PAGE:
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Explore the Museum

is telling the story of Jacksonville's
music history.

The Jacksonville Area Music Museum (JAMM) is the Jacksonville Historical Society's tribute to the rich musical history and culture of Northeast Florida. Constructed within the restored Casket Factory campus, the JAMM is a space for performance, education, reflection, and inspiration. Through sounds, sites, and stories, the JAMM is fusing folk-historical traditions with new technologies to bring Jacksonville's music to a new generation of listeners.

Music has been an integral part of life in Northeast Florida since before the area's sixteenth-century colonization. In the Pre-Columbian era, song, dance, and instrumental performance thrived within the cultural and ceremonial practices of indigenous groups such as the Timucua tribal confederation.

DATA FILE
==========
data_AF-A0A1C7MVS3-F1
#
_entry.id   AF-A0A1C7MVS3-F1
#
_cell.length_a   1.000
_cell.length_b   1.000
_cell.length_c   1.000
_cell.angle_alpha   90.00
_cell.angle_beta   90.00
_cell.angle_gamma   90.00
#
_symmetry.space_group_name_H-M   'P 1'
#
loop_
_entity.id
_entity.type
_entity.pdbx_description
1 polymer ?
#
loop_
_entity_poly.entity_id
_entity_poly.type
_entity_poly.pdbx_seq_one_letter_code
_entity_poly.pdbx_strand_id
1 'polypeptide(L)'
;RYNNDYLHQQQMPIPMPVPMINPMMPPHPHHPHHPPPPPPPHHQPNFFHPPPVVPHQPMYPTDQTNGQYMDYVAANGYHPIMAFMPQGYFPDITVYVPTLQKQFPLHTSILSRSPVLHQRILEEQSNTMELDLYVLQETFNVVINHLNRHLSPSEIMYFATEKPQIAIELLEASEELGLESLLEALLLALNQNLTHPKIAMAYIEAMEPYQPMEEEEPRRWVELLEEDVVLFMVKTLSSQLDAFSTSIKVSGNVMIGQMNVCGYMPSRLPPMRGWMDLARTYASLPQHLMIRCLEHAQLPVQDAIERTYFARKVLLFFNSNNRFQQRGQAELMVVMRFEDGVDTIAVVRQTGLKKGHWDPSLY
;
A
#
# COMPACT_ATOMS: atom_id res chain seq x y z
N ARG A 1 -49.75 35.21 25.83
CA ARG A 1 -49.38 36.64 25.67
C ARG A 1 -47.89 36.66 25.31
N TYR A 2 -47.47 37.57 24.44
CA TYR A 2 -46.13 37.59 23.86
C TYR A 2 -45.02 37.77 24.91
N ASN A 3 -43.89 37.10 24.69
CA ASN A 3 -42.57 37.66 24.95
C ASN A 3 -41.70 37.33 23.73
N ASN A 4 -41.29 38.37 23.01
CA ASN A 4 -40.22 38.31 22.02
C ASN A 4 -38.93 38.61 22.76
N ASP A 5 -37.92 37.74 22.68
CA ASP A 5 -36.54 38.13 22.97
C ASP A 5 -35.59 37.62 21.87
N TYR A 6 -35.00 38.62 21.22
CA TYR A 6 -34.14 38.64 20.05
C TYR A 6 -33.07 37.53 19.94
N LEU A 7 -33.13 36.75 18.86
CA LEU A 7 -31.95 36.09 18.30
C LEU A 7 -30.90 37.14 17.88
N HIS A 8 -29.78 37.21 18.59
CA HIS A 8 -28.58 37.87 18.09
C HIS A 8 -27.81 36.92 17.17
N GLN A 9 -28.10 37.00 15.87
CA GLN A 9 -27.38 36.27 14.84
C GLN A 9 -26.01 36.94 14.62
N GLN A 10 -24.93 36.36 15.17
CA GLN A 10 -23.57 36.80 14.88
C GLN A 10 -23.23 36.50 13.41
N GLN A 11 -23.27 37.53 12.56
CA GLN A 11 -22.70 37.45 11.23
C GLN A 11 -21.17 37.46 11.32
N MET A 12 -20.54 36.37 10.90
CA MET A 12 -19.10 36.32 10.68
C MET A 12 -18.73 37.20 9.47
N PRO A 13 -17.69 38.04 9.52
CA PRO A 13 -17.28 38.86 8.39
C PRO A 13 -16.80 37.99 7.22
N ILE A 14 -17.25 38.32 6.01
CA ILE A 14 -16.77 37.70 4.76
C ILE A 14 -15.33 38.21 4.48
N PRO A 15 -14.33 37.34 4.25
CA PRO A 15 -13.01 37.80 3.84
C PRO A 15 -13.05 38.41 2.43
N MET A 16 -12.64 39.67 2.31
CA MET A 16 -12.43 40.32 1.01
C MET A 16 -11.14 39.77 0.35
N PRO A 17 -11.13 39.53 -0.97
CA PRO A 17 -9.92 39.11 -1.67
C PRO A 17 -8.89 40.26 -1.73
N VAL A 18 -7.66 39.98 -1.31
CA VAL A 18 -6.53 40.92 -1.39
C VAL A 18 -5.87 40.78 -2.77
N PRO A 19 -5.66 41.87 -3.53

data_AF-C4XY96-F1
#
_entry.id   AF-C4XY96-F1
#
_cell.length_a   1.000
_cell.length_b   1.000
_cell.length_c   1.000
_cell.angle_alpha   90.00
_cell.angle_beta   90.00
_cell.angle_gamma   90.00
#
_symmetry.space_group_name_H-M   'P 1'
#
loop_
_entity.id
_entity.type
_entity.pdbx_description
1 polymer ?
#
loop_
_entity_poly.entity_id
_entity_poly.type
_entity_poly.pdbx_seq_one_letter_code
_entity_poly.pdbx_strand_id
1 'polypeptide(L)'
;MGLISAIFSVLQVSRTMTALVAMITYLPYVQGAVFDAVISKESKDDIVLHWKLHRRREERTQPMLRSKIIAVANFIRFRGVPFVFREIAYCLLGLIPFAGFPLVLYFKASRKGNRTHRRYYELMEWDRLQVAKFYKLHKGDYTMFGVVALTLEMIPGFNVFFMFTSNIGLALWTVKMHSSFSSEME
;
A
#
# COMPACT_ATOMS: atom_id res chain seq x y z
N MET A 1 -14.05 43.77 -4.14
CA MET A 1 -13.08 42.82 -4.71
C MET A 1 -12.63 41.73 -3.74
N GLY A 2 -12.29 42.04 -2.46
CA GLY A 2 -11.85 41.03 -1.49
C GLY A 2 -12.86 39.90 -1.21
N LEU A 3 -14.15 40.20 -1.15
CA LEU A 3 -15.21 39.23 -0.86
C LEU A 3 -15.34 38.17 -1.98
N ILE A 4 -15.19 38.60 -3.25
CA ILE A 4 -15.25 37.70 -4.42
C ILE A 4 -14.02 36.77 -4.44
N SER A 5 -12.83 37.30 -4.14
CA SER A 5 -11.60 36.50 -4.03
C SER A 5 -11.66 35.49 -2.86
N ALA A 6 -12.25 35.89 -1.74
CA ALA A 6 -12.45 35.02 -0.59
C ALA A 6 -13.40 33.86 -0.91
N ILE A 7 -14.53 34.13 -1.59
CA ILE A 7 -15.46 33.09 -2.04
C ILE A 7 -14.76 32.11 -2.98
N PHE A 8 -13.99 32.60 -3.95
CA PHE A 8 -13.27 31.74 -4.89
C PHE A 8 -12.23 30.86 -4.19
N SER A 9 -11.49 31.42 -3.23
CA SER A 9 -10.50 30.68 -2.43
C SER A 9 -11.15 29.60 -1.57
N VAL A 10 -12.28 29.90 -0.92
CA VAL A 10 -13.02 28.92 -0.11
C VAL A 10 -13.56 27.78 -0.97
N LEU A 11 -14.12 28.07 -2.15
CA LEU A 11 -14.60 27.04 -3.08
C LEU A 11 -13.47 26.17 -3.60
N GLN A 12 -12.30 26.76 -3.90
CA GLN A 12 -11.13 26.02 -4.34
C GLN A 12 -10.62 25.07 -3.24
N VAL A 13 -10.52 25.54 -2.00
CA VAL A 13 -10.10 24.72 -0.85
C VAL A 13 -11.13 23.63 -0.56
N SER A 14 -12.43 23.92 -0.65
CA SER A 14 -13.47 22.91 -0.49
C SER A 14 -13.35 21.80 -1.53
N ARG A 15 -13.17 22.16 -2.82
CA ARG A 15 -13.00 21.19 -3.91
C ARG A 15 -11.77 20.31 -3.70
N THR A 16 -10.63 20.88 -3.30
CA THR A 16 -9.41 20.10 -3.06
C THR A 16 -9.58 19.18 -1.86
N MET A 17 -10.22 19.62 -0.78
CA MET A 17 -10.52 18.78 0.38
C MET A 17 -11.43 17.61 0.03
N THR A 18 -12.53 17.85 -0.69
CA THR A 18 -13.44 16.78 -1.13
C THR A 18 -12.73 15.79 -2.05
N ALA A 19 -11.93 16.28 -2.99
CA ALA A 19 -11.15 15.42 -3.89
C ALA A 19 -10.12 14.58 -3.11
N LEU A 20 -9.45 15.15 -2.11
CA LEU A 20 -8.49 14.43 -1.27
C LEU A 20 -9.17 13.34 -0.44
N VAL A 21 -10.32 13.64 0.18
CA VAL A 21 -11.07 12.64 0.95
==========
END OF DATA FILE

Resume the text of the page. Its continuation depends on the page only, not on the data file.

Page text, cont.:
As Spanish and African arrivals established some of the earliest U.S. colonial settlements in the sixteenth century, they brought their own sets of liturgical, folkloric, and sonic traditions to the area--setting off a rich and complex history of musical fusion and innovation.


In the nineteenth and twentieth centuries, from blues pioneers to southern-rock stars, artists from the Jacksonville area made their mark on both local and popular music as a whole. The JAMM is committed to honoring this legacy by sharing the story of the First Coast's music and its impact on the wider world.

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While many of the JAMM's subjects and materials have local origins, their implications are universal; the oral histories and artifacts within the museum speak to the depth, variety, and overarching commonality of human experience. For more information on the museum, see our story, or contact us to tell your own.


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